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Long-time Olympic critic Alexis Kelner has crystalized his oft-times acerbic and droll arguments against a Winter Games in Utah in a book to be released before Salt Lake City presents its 1998 Winter Olympics bid.

"Utah's Olympics Circus" will be released the week of May 22, Kelner said, two weeks before the city bids before the U.S. Olympic Committee in Des Moines, Iowa, June 4, for the Winter Games."The general message is that the Olympics are a costly deal. Unless you have a rich sugar daddy, you ought not to be involved," Kelner told the Deseret News.

The 80-page paperback book includes written text and nearly three dozen cartoons and is aimed primarily at "keeping the dialogue alive" surrounding the Games and its approval or disapproval during a fall Olympics referendum.

Proceeds from book sales - if the city wins the U.S. bid - will go toward continuing "a vigorous public debate during the forthcoming statewide Olympics referendum," Kelner wrote in the book's introduction.

The book - dedicated to the Roman emperor Flavius Theodosius, who banned the Olympic Games in the Fourth Century, B.C. - focuses on the history of the Olympic Games and of Salt Lake City's six Winter Olympics bids.

In past Winter Olympics, Kelner wrote, hosting cities drained public coffers of millions of dollars. Winter Games in Squaw Valley, Calif., cost taxpayers nine times the original projections, and Lake Placid, N.Y., spent $115 million in public money while hosting the 1980 Winter Games.

The history of Winter Games is one of expansive increases in Olympic budgets, Kelner said in his book. Original cost projections for the 1988 Winter Olympics in Calgary, Canada, were $415 million.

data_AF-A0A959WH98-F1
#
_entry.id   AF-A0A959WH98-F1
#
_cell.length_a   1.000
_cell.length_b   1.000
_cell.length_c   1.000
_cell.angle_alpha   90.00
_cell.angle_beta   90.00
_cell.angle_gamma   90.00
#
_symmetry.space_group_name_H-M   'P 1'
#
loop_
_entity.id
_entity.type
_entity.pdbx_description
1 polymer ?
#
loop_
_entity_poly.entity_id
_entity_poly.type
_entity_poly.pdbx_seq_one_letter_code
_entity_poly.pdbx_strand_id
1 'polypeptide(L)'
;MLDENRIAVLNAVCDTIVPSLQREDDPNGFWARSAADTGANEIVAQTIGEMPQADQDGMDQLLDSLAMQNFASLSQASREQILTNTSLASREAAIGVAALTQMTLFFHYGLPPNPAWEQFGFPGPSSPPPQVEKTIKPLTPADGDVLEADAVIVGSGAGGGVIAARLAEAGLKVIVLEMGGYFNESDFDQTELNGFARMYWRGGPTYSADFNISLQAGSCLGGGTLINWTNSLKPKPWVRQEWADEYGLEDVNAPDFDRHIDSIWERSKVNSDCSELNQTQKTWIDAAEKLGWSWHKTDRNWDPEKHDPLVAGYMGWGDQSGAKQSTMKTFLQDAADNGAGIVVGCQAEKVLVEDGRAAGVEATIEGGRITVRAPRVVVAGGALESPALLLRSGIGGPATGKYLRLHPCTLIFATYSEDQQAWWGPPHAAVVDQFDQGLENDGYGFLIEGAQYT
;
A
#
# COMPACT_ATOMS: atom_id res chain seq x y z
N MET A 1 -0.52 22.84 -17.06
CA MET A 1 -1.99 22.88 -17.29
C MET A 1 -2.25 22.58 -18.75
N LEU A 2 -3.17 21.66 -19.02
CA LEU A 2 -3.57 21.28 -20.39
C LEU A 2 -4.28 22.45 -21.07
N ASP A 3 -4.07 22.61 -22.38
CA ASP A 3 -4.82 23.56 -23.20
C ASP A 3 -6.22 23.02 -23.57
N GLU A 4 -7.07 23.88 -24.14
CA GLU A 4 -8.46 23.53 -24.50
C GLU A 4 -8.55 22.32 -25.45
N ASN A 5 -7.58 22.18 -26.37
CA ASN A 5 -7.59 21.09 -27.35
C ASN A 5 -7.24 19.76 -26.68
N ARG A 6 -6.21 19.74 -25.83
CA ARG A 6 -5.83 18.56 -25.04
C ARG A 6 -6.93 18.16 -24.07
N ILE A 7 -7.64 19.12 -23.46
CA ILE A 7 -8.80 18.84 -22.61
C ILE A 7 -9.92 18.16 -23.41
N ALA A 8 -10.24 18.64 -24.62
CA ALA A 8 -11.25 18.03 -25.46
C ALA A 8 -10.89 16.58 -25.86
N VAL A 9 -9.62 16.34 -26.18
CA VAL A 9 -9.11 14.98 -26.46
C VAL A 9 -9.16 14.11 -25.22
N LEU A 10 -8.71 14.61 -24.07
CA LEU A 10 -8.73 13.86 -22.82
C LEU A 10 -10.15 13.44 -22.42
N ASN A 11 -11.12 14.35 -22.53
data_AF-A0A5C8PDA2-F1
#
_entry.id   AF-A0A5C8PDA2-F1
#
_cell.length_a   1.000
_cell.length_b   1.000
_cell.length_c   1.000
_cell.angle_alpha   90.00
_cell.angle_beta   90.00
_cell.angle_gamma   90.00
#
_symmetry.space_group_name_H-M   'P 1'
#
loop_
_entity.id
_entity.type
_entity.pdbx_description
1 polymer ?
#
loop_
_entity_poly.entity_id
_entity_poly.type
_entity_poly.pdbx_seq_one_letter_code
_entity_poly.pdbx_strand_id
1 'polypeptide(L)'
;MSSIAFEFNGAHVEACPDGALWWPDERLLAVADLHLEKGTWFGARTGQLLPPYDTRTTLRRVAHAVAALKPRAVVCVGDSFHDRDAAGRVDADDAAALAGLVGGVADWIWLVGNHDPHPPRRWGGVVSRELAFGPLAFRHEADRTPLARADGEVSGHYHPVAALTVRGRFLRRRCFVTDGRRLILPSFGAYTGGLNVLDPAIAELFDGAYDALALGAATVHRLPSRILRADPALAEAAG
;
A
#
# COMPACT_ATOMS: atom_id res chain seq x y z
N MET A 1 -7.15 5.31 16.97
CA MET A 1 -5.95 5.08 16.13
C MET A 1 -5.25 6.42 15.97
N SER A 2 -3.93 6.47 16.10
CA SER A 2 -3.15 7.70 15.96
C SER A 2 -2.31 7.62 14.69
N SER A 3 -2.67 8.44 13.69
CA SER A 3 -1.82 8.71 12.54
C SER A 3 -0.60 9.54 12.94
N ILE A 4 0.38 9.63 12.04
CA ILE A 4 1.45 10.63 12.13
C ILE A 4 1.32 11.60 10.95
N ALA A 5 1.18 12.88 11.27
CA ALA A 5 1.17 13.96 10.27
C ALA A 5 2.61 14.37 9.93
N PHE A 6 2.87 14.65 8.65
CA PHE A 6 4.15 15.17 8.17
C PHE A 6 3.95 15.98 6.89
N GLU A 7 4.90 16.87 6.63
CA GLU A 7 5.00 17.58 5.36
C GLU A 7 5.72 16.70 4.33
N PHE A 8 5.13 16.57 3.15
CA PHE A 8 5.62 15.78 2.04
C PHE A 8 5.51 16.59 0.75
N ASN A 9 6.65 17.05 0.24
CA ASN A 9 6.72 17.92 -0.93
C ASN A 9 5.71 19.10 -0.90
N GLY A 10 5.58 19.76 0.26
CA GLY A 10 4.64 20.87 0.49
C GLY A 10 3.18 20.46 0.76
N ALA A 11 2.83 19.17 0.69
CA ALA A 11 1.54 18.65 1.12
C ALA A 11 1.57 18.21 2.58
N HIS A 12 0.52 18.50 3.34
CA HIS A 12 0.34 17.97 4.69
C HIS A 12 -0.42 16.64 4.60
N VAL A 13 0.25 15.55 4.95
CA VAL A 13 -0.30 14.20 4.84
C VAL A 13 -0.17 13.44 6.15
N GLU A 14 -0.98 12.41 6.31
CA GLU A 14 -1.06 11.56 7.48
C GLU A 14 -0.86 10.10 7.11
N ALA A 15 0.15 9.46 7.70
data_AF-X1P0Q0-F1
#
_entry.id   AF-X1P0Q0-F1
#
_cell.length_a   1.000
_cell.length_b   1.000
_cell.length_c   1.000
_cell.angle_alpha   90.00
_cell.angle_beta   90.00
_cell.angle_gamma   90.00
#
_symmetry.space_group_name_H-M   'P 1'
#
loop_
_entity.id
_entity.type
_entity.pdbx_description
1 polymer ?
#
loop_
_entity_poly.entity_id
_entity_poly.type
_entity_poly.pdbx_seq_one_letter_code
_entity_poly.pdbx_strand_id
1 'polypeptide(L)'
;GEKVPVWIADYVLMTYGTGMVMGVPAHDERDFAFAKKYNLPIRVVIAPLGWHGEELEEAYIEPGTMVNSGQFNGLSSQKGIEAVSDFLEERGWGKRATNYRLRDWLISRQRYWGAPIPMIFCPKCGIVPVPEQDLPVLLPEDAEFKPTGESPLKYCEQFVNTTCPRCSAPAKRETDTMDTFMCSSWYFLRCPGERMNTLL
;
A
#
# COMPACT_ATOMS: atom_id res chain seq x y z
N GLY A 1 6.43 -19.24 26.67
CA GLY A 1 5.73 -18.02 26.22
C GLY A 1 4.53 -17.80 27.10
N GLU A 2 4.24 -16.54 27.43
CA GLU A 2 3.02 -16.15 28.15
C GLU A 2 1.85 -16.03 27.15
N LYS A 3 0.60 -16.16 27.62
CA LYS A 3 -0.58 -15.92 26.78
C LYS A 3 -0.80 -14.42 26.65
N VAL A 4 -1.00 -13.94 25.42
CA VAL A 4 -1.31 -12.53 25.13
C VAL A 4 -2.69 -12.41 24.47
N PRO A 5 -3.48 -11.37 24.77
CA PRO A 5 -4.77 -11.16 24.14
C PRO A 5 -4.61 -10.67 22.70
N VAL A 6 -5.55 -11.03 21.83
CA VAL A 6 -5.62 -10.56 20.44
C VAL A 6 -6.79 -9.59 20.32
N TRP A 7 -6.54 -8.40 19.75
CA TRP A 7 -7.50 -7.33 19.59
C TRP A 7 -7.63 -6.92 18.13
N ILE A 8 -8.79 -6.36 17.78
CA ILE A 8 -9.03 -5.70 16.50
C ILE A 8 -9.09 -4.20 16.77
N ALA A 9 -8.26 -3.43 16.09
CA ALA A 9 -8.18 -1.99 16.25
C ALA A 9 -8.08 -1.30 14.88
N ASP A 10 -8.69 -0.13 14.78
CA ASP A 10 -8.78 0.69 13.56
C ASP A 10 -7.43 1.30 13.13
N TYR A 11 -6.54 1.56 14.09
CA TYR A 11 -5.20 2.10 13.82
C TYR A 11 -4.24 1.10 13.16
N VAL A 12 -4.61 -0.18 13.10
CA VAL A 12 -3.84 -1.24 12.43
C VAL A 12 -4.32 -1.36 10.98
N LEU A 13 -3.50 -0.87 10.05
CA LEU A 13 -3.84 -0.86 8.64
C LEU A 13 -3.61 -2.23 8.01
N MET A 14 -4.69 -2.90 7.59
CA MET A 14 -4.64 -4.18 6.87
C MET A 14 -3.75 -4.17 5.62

By the end of the Games the budget had burgeoned to $970 million, including contributions totaling $425 million from Canadian governments. That public subsidy prompted Kelner to question whether the Calgary Games, which boasted of a $32 million surplus, were a financial success.

"With such a generous public subsidy for facility construction, maintenance and operation, an incredible amount of bungling would have been necessary to fail in achieving a significant surplus," he wrote.

In a chapter entitled "Who Profits, Who Pays," Kelner wrote that local organizing committees gunning for the Olympics benefit from relatively small portions of the actual revenue generated by the event.

At Calgary, for example, $141 million of a $309 million negotiated contract "remained for the organizers to use as they wished" after the International Olympic Committee made its deductions.

What's more, Olympic revenue is on the decline, Kelner wrote, because of shrinking Nielsen ratings for Olympic broadcasts, which in turn erode at the amount networks are willing to pay for media rights.

And a change in IOC contracts - what once was a split allotting local organizers 60 percent of Olympics revenue and the IOC 40 percent - will be reduced to a 50-50 split, Kelner wrote.